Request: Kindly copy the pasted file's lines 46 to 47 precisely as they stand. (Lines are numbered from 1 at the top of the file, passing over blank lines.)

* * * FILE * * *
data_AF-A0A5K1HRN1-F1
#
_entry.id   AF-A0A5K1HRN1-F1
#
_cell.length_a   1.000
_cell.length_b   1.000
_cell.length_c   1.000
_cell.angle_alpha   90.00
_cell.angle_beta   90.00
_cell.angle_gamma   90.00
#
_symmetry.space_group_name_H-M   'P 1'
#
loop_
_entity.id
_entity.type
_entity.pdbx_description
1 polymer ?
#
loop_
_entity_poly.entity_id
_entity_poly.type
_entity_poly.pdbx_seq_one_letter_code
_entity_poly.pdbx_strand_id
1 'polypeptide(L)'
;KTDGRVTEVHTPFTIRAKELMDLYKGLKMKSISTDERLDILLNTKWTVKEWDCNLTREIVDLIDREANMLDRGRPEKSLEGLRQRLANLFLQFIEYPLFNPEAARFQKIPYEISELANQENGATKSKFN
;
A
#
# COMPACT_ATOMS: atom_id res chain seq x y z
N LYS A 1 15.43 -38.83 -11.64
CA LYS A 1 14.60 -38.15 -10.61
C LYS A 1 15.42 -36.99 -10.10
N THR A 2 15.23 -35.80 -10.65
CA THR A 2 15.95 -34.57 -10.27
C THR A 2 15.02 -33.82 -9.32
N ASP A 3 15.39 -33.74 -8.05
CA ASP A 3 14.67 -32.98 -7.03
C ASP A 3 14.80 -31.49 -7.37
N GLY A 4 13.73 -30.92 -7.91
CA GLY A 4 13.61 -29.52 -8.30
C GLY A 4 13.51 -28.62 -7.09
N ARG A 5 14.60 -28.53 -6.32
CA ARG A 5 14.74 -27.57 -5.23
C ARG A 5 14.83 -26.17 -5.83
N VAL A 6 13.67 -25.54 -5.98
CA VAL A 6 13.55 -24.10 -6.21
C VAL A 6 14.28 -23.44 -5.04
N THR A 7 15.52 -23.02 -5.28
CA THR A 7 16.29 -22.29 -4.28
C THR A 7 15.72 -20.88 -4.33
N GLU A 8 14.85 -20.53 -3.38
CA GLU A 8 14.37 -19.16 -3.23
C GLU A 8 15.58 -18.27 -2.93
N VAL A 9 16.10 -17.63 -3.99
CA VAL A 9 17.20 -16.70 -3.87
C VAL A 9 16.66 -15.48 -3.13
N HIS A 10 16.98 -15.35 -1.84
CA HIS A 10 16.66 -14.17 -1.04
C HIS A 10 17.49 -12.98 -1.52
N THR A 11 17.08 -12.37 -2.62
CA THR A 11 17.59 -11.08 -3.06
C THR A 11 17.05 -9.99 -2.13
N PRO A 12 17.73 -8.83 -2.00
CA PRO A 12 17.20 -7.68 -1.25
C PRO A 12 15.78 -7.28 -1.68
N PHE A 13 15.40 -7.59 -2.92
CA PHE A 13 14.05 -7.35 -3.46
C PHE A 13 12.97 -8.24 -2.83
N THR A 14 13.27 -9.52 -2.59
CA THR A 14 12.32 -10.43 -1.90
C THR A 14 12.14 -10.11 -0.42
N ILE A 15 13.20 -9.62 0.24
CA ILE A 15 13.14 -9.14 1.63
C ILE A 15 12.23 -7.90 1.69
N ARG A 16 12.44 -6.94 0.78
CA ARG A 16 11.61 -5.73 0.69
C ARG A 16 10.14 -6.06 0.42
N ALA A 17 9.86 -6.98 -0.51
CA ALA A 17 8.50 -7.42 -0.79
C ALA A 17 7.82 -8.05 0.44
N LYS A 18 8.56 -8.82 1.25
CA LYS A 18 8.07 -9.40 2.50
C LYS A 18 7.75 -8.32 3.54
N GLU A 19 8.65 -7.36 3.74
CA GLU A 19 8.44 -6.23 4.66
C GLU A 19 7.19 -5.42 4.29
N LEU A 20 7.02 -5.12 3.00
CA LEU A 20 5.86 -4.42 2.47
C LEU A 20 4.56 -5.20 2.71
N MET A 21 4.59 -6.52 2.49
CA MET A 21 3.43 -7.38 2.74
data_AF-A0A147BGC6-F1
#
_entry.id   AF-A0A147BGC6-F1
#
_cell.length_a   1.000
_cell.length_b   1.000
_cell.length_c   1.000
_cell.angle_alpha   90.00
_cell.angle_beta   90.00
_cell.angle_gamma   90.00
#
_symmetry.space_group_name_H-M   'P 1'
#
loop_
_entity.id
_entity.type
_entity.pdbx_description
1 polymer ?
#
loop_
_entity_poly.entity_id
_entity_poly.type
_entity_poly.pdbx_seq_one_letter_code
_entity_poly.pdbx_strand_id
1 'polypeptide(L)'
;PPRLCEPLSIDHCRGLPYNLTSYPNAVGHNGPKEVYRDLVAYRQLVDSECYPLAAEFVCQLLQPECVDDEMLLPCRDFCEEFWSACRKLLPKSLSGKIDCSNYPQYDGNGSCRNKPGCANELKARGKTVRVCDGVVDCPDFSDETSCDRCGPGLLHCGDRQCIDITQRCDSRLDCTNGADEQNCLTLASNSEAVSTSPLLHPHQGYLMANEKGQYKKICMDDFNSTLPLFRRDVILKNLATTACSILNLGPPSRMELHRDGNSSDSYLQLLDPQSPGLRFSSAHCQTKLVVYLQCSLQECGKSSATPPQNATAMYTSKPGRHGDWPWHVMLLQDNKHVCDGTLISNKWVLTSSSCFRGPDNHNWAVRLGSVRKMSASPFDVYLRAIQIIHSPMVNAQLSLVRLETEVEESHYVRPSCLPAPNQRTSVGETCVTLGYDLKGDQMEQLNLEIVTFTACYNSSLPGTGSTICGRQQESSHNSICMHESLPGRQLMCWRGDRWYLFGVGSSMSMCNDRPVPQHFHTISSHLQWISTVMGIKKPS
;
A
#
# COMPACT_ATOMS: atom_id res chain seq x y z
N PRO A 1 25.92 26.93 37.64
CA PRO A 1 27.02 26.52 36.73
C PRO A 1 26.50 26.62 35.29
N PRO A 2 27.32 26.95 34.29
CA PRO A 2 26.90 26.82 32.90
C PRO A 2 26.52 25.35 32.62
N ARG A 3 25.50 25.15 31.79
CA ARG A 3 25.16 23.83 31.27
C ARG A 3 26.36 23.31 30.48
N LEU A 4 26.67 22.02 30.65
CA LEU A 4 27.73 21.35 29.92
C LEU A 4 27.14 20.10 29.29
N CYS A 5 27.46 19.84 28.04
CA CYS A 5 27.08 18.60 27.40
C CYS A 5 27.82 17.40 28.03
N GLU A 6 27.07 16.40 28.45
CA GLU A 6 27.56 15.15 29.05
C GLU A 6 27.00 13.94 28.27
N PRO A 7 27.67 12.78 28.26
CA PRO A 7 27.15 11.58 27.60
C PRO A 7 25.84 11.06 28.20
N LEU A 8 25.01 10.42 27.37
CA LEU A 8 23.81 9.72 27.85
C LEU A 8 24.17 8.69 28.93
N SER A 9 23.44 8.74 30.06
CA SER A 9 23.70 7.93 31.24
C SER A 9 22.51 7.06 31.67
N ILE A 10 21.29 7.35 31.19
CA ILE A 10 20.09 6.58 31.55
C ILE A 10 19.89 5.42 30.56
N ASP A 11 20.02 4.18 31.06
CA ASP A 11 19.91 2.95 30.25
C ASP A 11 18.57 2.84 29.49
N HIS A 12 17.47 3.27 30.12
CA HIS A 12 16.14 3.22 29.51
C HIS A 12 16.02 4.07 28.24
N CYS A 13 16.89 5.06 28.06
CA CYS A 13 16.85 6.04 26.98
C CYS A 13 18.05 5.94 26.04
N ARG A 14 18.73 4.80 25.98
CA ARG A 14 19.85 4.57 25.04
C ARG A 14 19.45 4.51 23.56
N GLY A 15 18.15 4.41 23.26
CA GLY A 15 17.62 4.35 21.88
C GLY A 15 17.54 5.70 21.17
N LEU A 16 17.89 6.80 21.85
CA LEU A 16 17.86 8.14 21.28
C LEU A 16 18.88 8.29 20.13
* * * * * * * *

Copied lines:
N VAL A 6 13.67 -25.54 -5.98
CA VAL A 6 13.55 -24.10 -6.21